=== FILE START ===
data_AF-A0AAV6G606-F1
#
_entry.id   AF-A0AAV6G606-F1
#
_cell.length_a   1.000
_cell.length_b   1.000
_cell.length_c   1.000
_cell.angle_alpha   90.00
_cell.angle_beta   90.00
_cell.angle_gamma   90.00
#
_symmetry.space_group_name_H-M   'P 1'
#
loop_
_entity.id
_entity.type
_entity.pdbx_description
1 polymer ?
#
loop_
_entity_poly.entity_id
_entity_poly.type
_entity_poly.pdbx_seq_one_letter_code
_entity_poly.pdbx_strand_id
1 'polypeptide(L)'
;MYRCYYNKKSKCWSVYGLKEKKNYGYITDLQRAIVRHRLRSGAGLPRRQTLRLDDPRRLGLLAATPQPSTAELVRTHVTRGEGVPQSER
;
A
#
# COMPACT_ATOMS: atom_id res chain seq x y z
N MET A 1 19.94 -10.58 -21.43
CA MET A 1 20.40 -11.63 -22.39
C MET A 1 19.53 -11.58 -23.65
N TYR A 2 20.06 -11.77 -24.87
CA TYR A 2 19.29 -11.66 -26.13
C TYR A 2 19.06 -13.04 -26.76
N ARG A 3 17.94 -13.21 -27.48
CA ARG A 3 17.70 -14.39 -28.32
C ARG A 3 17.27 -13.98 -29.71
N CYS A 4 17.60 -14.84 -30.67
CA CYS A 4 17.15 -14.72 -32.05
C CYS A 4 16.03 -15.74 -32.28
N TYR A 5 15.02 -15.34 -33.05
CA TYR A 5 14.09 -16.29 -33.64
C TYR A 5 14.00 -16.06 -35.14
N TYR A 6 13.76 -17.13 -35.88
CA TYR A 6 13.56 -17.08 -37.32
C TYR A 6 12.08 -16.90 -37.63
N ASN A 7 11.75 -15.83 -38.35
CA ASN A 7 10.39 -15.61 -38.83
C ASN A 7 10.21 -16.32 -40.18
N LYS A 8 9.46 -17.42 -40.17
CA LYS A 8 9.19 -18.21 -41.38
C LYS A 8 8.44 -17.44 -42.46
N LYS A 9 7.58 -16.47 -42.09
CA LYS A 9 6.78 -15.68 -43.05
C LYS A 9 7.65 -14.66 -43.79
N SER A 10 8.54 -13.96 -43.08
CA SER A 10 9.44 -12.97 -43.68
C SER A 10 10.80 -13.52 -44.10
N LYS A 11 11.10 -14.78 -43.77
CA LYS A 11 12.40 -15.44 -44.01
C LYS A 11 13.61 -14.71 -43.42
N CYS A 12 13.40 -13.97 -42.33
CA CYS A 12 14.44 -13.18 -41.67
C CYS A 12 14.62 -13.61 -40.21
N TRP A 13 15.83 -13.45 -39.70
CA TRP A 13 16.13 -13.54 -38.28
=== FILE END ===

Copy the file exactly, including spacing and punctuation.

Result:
data_AF-A0AAV6G606-F1
#
_entry.id   AF-A0AAV6G606-F1
#
_cell.length_a   1.000
_cell.length_b   1.000
_cell.length_c   1.000
_cell.angle_alpha   90.00
_cell.angle_beta   90.00
_cell.angle_gamma   90.00
#
_symmetry.space_group_name_H-M   'P 1'
#
loop_
_entity.id
_entity.type
_entity.pdbx_description
1 polymer ?
#
loop_
_entity_poly.entity_id
_entity_poly.type
_entity_poly.pdbx_seq_one_letter_code
_entity_poly.pdbx_strand_id
1 'polypeptide(L)'
;MYRCYYNKKSKCWSVYGLKEKKNYGYITDLQRAIVRHRLRSGAGLPRRQTLRLDDPRRLGLLAATPQPSTAELVRTHVTRGEGVPQSER
;
A
#
# COMPACT_ATOMS: atom_id res chain seq x y z
N MET A 1 19.94 -10.58 -21.43
CA MET A 1 20.40 -11.63 -22.39
C MET A 1 19.53 -11.58 -23.65
N TYR A 2 20.06 -11.77 -24.87
CA TYR A 2 19.29 -11.66 -26.13
C TYR A 2 19.06 -13.04 -26.76
N ARG A 3 17.94 -13.21 -27.48
CA ARG A 3 17.70 -14.39 -28.32
C ARG A 3 17.27 -13.98 -29.71
N CYS A 4 17.60 -14.84 -30.67
CA CYS A 4 17.15 -14.72 -32.05
C CYS A 4 16.03 -15.74 -32.28
N TYR A 5 15.02 -15.34 -33.05
CA TYR A 5 14.09 -16.29 -33.64
C TYR A 5 14.00 -16.06 -35.14
N TYR A 6 13.76 -17.13 -35.88
CA TYR A 6 13.56 -17.08 -37.32
C TYR A 6 12.08 -16.90 -37.63
N ASN A 7 11.75 -15.83 -38.35
CA ASN A 7 10.39 -15.61 -38.83
C ASN A 7 10.21 -16.32 -40.18
N LYS A 8 9.46 -17.42 -40.17
CA LYS A 8 9.19 -18.21 -41.38
C LYS A 8 8.44 -17.44 -42.46
N LYS A 9 7.58 -16.47 -42.09
CA LYS A 9 6.78 -15.68 -43.05
C LYS A 9 7.65 -14.66 -43.79
N SER A 10 8.54 -13.96 -43.08
CA SER A 10 9.44 -12.97 -43.68
C SER A 10 10.80 -13.52 -44.10
N LYS A 11 11.10 -14.78 -43.77
CA LYS A 11 12.40 -15.44 -44.01
C LYS A 11 13.61 -14.71 -43.42
N CYS A 12 13.40 -13.97 -42.33
CA CYS A 12 14.44 -13.18 -41.67
C CYS A 12 14.62 -13.61 -40.21
N TRP A 13 15.83 -13.45 -39.70
CA TRP A 13 16.13 -13.54 -38.28